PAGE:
What does he plan to do about it?
Google is preparing to deliver “targeted measurable television ads” and Schmidt says Google has “a good shot at it.”

Schmidt expressed his enthusiasm for the $74 billion TV ad market at the Search Engine Strategies Conference earlier this month and described it as a:
Big opportunity to provide greater value to advertisers.

Schmidt believes Google should be “using our advertising system, our targetability, for every form of advertising.”

In “Google developing social and interactive television applications for 'mass personalization'” I present Google research on “Social and Interactive Television Applications”:
focused on using broadcast viewing to automatically present relevant information on a web browser…The system could keep up with users while they channel surf, presenting them with a real-time forum about a live political debate one minute and an ad-hoc chat room for a sporting event in the next. And, all of this would be done without users ever having to type or to even know the name of the program or channel being viewed.

Taking this further, we could collect snippets from the web describing the actors appearing in a movie or present maps of locales within the movie as it takes place (no matter if users are watching it as a live broadcast or as a recoded broadcast).

Google is currently recruiting software engineers for television applications:
Software Engineer, Television Technology - Mountain View. This position is based in Mountain View, CA. Multiple positions available in Mountain View, CA Software Engineer, Television Technology - Seattle/Kirkland. Multiple positions available at our Seattle Engineering Center located in Kirkland, WA Google's designs on the $74 billion TV ad market follow its targeting of the $20 billion plus radio ad market.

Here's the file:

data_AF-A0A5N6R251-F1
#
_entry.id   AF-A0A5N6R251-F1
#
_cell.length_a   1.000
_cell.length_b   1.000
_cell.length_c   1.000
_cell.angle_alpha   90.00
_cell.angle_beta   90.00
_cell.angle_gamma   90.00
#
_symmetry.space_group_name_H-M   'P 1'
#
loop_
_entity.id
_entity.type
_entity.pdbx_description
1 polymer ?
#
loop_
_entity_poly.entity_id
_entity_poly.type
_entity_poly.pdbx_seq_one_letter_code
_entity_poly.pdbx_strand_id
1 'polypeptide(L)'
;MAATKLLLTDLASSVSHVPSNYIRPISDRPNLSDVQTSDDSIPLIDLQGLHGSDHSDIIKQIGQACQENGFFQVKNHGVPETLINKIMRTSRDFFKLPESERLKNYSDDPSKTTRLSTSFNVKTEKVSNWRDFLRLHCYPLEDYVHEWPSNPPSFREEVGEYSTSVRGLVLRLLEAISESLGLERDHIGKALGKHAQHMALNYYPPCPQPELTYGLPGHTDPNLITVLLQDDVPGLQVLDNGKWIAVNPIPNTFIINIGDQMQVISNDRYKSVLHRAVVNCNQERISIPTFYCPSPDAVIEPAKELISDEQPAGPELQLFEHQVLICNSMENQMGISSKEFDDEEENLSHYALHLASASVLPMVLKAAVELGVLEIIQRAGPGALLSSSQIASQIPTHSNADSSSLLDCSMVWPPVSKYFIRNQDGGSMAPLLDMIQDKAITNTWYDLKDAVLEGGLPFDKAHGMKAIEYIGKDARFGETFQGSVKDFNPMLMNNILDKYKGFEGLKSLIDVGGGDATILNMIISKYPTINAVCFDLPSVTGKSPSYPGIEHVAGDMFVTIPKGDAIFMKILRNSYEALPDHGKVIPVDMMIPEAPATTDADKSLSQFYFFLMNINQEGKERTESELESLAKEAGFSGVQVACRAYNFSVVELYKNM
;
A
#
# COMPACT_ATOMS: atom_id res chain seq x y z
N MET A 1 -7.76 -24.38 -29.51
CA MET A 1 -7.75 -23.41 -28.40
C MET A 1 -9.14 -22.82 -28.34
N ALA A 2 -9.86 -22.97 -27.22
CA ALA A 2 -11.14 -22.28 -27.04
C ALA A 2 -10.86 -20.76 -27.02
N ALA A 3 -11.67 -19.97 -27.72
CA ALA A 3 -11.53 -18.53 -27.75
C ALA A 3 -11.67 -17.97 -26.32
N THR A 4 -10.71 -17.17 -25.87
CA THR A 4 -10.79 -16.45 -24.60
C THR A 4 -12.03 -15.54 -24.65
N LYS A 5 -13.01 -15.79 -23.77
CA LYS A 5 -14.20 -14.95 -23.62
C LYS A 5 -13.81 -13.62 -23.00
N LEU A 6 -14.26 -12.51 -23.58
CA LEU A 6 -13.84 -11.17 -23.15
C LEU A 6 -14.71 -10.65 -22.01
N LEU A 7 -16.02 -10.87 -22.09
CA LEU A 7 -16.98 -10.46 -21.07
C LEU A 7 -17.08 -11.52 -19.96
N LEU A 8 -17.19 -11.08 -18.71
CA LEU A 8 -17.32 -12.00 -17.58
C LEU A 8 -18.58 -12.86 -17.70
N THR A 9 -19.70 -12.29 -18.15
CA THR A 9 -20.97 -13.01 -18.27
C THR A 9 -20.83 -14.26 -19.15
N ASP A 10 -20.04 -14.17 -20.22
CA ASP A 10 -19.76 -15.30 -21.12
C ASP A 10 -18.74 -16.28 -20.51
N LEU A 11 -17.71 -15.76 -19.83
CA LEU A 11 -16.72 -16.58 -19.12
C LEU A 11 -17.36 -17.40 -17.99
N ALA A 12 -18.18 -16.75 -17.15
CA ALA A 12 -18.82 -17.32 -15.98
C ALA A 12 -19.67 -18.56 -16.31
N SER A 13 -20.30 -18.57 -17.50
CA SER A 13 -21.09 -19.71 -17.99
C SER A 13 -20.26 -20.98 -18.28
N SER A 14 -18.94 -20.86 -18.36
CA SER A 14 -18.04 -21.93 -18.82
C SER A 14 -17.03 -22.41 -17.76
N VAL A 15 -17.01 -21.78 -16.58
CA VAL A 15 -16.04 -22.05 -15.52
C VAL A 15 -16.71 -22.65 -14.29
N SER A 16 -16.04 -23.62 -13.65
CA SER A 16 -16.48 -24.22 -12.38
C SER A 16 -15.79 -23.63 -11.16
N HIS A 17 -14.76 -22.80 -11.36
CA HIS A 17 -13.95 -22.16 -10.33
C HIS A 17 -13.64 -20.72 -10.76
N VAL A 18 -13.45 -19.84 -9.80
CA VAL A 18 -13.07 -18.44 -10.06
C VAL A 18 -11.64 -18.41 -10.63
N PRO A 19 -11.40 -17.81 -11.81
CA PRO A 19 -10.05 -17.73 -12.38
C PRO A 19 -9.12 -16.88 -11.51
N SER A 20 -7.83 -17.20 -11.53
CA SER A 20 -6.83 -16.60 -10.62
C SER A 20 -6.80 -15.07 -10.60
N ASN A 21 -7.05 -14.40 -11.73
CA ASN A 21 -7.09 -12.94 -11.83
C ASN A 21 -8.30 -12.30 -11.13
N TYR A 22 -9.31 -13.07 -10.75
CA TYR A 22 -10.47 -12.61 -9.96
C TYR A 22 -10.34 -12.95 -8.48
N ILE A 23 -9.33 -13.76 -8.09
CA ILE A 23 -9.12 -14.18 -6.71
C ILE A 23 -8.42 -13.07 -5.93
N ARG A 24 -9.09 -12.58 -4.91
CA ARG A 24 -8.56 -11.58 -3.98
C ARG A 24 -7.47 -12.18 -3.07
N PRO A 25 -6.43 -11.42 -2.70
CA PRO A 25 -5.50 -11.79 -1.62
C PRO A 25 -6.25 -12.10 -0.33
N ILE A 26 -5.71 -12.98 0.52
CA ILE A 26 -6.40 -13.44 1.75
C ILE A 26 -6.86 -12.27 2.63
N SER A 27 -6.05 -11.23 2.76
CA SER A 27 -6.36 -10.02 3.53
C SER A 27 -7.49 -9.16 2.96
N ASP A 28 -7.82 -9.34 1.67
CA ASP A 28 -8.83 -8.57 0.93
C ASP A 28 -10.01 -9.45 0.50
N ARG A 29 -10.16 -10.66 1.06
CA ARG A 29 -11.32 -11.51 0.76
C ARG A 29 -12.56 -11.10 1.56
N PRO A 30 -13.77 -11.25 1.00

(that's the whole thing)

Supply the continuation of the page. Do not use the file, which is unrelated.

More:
Google has recently integrated AdSense with its dMarc Broadcasting operations and believes it is on the cusp of “revolutionizing” the radio advertising business, and continuing to grow Google profits.

Google CEO Eric Schmidt, at last months Q2 earnings conference call, reconfirmed:
we are in the search business, so we need all of the information. We want to partner with people to get information so our search end users can see it.

We're also in the advertising business, and we'd like to provide advertising services to people who have their own proprietary content. So depending on where we are in that spectrum, we either do an advertising deal or a content deal or a hybrid deal.

But ultimately our goal at Google is to have the strongest advertising network and all the world's information, that's part of our mission.See “Google AdSense for Radio: Google diversification win?” and “Google Audio: Google dMarc radio ad product coming soon” and “Google AdSense for Radio, 'XM in your car': personalized radio ads?”

Friday, August 11, 2006

Google Blogger Service Available in China

Google’s free Web log service, Blogger, is once again accessible from Beijing without the use of a proxy server, indicating that apparent government efforts to block the site have been lifted.